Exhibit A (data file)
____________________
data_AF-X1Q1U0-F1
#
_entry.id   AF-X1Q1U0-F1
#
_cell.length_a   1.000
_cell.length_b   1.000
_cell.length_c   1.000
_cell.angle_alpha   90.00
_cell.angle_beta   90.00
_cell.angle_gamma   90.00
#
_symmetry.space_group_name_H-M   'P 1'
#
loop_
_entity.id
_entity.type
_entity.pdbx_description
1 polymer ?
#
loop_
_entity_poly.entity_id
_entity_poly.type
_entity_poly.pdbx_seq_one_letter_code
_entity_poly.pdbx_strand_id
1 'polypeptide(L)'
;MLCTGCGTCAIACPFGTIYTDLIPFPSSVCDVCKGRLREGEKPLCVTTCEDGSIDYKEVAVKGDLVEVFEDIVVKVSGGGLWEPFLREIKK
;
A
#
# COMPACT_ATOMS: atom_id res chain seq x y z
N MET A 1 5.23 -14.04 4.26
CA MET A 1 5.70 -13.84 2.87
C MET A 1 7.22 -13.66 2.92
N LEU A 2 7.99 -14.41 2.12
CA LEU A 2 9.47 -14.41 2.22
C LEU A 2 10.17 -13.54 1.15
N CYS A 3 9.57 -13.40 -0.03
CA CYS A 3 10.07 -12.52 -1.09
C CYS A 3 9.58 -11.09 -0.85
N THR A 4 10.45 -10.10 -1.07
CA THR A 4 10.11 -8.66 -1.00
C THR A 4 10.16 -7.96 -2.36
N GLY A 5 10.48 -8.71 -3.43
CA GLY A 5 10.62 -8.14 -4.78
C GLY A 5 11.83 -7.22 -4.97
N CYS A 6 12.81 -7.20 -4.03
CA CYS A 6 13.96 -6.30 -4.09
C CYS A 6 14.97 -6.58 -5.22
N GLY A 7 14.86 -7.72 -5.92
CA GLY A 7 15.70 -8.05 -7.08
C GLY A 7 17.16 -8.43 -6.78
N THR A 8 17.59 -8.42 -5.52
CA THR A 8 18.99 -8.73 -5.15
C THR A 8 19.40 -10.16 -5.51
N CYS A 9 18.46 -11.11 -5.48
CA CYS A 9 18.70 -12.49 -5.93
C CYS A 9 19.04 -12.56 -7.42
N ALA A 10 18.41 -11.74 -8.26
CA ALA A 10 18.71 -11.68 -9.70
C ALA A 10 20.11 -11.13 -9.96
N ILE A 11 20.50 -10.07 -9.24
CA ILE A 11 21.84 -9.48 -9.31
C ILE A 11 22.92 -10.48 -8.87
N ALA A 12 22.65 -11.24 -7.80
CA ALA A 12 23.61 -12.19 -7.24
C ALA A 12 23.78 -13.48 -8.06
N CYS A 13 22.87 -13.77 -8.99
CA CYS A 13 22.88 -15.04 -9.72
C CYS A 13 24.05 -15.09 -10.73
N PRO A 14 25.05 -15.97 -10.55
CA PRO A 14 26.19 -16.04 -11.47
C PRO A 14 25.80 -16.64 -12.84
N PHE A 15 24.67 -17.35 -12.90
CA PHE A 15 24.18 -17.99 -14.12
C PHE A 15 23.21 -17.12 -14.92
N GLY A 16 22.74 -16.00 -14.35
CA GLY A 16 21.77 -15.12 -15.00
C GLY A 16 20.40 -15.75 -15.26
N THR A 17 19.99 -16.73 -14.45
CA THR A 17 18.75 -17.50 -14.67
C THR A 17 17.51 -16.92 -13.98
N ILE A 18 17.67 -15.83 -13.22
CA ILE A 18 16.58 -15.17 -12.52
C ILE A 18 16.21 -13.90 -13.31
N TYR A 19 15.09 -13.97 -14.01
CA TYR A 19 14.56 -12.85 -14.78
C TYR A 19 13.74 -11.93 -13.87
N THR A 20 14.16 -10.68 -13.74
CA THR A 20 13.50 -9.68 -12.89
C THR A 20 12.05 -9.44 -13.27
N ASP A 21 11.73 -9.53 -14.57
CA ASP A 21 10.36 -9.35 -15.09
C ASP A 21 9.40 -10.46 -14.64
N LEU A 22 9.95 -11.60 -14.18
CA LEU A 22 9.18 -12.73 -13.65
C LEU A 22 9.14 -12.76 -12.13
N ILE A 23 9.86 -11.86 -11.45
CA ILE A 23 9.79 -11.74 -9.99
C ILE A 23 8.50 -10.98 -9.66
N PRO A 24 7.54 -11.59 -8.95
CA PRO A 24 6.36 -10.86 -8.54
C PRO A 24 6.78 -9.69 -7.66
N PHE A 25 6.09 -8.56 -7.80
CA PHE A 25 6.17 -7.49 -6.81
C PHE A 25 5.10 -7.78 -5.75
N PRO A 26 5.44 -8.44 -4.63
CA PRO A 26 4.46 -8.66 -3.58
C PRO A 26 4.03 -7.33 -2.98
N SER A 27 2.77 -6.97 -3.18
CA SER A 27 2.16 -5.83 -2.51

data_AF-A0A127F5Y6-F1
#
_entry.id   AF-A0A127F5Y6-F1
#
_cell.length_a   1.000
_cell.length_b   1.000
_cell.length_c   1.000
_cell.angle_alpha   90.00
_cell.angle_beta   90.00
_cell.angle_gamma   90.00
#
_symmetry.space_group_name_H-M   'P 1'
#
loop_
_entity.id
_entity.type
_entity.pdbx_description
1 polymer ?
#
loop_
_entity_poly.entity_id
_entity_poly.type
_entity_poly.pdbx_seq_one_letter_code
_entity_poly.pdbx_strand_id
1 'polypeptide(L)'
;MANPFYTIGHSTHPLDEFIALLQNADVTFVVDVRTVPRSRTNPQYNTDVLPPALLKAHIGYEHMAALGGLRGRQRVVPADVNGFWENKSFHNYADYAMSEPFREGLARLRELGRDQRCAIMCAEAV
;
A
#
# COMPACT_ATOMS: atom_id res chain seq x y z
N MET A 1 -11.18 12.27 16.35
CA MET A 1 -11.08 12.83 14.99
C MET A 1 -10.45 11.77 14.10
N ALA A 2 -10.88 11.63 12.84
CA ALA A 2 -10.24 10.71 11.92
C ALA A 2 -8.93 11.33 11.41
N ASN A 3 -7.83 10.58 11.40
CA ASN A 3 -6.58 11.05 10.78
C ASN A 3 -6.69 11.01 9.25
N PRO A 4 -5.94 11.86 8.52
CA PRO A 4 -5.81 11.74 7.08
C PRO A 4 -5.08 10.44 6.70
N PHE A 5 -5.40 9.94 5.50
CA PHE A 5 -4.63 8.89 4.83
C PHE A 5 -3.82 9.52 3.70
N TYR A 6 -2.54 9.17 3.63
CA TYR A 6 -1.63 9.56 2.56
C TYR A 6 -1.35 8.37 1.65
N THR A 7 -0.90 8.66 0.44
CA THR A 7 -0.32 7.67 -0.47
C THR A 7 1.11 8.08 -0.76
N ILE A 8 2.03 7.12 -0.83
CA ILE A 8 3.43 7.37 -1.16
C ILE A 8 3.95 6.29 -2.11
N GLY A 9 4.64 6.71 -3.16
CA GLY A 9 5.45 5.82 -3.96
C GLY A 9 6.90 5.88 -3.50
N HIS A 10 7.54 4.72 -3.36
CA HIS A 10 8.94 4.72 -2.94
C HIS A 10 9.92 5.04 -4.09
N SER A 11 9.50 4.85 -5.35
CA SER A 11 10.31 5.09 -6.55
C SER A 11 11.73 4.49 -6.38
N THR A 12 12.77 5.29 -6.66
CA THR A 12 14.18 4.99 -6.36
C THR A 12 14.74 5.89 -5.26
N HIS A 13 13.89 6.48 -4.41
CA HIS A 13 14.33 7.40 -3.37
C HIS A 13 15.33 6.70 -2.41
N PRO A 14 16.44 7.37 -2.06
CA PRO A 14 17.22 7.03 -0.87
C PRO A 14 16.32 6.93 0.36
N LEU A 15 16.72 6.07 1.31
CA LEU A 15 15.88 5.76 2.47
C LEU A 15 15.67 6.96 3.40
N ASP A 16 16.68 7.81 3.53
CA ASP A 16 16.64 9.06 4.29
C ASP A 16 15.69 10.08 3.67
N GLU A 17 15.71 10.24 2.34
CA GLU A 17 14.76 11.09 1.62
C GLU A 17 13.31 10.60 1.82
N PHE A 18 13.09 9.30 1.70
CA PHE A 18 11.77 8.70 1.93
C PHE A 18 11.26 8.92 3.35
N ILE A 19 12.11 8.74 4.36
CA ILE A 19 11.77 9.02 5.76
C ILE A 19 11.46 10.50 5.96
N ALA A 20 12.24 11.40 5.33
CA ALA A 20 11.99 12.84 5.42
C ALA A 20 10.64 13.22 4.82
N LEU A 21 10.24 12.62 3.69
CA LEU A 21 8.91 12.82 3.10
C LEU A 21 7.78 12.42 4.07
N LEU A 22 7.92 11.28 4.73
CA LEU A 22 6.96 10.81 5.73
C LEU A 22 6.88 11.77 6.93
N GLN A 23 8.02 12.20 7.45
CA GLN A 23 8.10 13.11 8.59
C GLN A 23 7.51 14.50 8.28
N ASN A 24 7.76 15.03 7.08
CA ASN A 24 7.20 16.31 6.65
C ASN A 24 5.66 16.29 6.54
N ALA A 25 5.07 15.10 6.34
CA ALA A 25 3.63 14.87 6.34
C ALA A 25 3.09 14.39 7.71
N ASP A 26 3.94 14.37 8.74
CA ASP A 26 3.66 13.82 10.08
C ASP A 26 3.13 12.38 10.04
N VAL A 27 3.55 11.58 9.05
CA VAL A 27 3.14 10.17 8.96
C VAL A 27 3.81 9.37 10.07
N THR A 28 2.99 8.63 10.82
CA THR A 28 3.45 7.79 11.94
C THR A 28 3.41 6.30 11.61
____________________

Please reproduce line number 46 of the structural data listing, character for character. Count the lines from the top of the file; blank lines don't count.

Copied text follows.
N CYS A 6 12.81 -7.20 -4.03